Bram Stoker’s classic Dracula has been retold countless times, but never like this. A new adaptation by Sherlock’s Steven Moffatt and Mark Gatiss, the three-part BBC series takes the horror of the undead being to another level, with Danish actor Claes Bang as the titular Count. And if you thought the story has been modernised like Sherlock, think again. So where was Dracula filmed, and how did Moffatt and Gattiss recreate a 1800s Transylvania?
For one, filming didn’t actually take place in the story’s setting. Instead, the production utilised locations “in the UK and Eastern Europe,” as iNews writes, which included Orava Castle in northern Slovakia being used as Dracula’s home. His castle has always been fictional, and in the novel, it’s never named.
Bran Castle in Translyvania has become a popular tourist attraction and known as ‘Dracula’s Castle’ as it’s believed Vlad the Impaler “may have spent a night or two” there, as the National Geographic writes. Dracula was loosely based “on this historical 15th-century prince”, but the writer thee vampire’s abode was not inspired by this particular castle.
That’s not to say there isn’t a link between Dracula and Orava Castle, as the 1922 horror Nosferatu was filmed here. The German Expressionist film is an unauthorised adaptation of Stoker’s story, which attempted to get around copyright law by changing the vampire’s name to Count Orlok alongside the plot receiving “many tweaks and modifications,” as Plagiarism Today writes.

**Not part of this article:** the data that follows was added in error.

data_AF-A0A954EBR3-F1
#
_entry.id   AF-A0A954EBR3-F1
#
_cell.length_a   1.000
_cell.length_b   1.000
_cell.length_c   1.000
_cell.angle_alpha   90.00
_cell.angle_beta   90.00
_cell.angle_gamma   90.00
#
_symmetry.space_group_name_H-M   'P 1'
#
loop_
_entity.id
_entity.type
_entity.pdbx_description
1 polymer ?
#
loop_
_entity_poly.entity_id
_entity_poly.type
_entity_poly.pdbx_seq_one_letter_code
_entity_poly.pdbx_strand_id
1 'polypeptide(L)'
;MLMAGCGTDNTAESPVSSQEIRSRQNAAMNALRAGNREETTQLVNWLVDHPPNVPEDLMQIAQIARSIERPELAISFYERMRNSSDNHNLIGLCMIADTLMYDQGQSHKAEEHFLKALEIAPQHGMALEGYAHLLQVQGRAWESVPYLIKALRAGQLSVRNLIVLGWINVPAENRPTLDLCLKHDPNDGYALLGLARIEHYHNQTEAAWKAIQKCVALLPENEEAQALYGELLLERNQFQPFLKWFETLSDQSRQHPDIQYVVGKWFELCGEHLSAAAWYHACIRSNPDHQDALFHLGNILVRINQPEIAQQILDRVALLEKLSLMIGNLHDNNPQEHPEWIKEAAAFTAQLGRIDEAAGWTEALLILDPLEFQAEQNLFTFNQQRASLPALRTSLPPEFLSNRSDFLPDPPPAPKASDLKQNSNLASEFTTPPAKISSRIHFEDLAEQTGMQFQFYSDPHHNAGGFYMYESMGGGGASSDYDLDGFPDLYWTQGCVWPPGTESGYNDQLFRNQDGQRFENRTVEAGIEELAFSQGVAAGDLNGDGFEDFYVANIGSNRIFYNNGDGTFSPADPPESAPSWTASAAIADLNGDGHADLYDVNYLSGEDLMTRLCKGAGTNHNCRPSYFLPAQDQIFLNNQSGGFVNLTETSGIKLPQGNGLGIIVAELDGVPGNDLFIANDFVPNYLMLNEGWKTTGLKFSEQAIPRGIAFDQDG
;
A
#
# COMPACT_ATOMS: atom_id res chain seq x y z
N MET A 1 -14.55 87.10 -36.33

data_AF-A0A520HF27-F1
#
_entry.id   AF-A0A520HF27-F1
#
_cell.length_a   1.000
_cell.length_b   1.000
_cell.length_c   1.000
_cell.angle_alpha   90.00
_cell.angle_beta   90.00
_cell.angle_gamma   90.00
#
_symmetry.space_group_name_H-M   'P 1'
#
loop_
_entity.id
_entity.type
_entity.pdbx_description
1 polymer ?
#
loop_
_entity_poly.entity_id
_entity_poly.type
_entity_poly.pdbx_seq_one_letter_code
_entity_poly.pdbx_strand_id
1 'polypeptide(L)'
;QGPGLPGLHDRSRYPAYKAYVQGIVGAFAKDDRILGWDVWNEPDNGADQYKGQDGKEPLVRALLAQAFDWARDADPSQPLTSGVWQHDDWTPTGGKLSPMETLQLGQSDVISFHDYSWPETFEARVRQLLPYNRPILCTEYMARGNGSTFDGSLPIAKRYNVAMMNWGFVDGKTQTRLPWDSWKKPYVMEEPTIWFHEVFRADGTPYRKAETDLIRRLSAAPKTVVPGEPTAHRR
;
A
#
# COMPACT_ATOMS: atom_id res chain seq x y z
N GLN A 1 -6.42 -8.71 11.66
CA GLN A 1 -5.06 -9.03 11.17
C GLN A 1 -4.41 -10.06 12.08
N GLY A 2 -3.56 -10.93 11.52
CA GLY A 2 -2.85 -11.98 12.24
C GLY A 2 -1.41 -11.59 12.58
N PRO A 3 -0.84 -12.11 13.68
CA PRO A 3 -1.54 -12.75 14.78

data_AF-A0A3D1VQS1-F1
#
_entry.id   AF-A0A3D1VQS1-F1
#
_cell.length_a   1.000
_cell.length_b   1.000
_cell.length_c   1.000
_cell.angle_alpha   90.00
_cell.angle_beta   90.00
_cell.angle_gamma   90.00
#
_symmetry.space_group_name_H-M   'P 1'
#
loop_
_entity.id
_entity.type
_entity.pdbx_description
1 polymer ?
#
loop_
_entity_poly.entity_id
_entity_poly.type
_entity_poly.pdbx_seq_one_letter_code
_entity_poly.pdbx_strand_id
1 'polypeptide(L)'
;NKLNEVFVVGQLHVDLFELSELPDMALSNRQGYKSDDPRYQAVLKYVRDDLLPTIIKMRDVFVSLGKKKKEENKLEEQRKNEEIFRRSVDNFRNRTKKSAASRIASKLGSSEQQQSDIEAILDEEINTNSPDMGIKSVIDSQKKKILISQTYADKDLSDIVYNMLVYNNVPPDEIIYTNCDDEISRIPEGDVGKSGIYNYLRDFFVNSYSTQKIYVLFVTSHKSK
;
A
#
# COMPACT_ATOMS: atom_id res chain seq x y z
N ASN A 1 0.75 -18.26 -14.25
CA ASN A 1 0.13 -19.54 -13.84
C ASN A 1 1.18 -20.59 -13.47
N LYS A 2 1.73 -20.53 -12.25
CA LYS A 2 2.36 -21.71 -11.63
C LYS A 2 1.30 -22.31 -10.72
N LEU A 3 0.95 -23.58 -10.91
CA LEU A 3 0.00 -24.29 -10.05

Henley Road Cemetry in Caversham was also used, with shooting taking place there over three nights in July this year. However, it wasn't without controversy, as BBC News reports that relatives of those buried in the cemetery found it “totally disrespectful”, and the film company issued an apology to those affected.
Filming also took place at the legendary Bray Film Studios in Maidenhead, which used to be “the home of Hammer Film Productions between 1952 and 1966,” as iNews reports.
One of the most famous portrayals of the horror icon was by Christopher Lee in 1958’s Horror Of Dracula, which was produced by Hammer Films. The film was instrumental in laying out “the groundwork for a whole industry of horror franchises that followed,” as Hammer Films writes, and set the genre on the course it continues to be on today.
“This wonderfully atmospheric and legendary studio gave birth to so many monsters and stars — most memorably Peter Cushing and Christopher Lee,” Gatiss added. “As we watch Transylvania once again rise on the sound stages of Bray, it’s amazing to be able to say that Count Dracula has finally come home.”